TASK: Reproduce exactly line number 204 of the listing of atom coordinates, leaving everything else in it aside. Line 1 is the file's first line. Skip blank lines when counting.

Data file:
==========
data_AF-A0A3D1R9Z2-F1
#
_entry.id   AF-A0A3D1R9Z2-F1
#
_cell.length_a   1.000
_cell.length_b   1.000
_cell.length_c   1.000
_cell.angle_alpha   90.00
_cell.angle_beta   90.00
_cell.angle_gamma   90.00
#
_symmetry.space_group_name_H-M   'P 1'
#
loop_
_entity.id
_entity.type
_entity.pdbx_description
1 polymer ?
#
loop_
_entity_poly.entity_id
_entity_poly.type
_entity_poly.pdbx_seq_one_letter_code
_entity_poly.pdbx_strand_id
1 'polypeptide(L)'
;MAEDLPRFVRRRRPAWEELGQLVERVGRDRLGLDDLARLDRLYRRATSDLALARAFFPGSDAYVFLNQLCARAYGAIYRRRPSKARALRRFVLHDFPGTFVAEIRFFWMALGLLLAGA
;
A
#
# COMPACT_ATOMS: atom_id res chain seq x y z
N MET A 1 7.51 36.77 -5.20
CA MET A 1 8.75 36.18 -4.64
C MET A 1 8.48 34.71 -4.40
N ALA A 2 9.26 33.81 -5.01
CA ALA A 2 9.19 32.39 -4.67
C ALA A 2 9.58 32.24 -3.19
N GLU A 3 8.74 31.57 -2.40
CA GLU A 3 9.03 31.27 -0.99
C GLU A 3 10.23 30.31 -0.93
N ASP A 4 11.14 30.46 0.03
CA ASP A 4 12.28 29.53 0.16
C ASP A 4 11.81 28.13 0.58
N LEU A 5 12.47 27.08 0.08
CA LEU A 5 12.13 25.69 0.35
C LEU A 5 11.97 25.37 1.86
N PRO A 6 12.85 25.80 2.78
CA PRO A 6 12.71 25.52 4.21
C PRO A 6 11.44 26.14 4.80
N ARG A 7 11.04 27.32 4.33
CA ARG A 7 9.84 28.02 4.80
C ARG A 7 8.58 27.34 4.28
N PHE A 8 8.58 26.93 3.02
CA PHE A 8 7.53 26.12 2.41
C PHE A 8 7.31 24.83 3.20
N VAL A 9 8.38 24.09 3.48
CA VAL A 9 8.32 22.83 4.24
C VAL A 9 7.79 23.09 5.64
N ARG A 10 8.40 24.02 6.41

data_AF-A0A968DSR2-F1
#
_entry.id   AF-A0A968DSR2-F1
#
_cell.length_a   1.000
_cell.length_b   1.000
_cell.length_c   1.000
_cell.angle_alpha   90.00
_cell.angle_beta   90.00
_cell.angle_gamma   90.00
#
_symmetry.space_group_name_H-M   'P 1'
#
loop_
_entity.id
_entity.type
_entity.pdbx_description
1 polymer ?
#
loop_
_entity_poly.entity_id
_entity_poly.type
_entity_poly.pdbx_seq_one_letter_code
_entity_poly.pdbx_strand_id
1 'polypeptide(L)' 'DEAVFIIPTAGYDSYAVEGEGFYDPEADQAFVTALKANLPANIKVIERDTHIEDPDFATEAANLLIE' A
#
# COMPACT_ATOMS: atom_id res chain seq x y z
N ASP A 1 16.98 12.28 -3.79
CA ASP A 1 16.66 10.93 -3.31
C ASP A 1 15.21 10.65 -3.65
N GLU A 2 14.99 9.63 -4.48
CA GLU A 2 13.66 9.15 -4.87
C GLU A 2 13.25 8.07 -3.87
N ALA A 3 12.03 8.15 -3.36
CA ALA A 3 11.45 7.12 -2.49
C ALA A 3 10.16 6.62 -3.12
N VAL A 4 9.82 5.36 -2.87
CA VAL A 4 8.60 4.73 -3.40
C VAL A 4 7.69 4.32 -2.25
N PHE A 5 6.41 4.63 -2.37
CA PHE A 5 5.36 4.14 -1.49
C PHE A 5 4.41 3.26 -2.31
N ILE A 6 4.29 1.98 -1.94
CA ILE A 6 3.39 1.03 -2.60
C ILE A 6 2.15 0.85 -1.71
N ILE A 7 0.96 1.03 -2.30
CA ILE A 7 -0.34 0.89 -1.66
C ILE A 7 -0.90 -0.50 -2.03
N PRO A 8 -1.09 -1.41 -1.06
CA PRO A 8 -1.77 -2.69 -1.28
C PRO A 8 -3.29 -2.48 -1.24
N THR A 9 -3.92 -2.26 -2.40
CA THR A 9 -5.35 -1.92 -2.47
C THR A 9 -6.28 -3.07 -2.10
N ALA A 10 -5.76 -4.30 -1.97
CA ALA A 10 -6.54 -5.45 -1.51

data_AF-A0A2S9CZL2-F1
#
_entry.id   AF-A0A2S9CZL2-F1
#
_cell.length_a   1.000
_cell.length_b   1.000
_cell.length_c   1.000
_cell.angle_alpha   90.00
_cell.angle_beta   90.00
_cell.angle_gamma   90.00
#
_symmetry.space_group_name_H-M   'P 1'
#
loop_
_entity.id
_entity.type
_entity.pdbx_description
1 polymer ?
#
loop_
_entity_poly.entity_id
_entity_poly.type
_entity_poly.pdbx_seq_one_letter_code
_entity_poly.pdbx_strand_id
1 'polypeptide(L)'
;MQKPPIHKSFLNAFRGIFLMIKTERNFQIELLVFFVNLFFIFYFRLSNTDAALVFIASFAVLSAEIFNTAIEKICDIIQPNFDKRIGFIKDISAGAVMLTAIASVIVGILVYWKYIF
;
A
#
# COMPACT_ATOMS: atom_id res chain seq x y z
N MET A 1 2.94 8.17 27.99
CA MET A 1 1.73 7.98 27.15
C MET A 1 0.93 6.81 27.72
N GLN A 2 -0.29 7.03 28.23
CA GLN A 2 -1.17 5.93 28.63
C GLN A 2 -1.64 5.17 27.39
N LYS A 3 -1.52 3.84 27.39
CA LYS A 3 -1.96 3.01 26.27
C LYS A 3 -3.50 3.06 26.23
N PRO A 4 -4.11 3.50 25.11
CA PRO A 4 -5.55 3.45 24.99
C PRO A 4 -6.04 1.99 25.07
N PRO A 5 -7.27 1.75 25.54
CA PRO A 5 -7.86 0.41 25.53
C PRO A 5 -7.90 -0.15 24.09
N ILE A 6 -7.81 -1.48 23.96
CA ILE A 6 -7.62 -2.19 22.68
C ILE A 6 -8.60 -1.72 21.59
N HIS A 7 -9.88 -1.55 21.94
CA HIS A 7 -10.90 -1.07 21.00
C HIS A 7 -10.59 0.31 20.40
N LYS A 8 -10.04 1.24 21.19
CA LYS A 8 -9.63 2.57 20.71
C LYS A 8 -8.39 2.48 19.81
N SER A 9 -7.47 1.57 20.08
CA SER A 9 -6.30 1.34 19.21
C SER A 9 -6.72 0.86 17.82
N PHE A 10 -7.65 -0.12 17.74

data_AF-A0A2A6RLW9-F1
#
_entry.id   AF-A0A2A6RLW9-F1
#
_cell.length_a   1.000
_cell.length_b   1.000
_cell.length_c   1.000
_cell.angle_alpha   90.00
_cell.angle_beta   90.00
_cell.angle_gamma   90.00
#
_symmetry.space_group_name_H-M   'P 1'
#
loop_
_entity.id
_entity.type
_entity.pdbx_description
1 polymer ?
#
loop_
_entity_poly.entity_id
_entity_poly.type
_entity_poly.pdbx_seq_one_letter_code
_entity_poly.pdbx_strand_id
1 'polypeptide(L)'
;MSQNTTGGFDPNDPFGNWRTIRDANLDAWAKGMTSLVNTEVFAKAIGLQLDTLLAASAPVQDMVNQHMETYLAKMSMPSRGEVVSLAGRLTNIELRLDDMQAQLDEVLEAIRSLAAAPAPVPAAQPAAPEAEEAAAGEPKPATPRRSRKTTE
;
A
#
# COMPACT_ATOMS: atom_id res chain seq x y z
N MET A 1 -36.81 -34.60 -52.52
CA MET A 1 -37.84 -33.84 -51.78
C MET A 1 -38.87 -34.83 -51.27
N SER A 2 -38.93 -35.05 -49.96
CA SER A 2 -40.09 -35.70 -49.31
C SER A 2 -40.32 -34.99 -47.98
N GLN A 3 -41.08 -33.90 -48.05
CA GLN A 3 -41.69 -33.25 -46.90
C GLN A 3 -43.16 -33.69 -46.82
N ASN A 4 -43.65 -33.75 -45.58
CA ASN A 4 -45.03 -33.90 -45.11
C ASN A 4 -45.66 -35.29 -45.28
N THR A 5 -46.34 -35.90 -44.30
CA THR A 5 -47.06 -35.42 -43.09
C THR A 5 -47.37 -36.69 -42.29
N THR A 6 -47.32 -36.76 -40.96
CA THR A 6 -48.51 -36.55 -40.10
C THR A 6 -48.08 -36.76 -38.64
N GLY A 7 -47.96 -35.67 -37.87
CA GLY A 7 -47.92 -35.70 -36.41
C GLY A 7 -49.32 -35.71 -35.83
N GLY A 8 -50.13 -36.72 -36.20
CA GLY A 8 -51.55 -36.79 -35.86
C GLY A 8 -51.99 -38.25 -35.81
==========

CA MET A 1 -37.84 -33.84 -51.78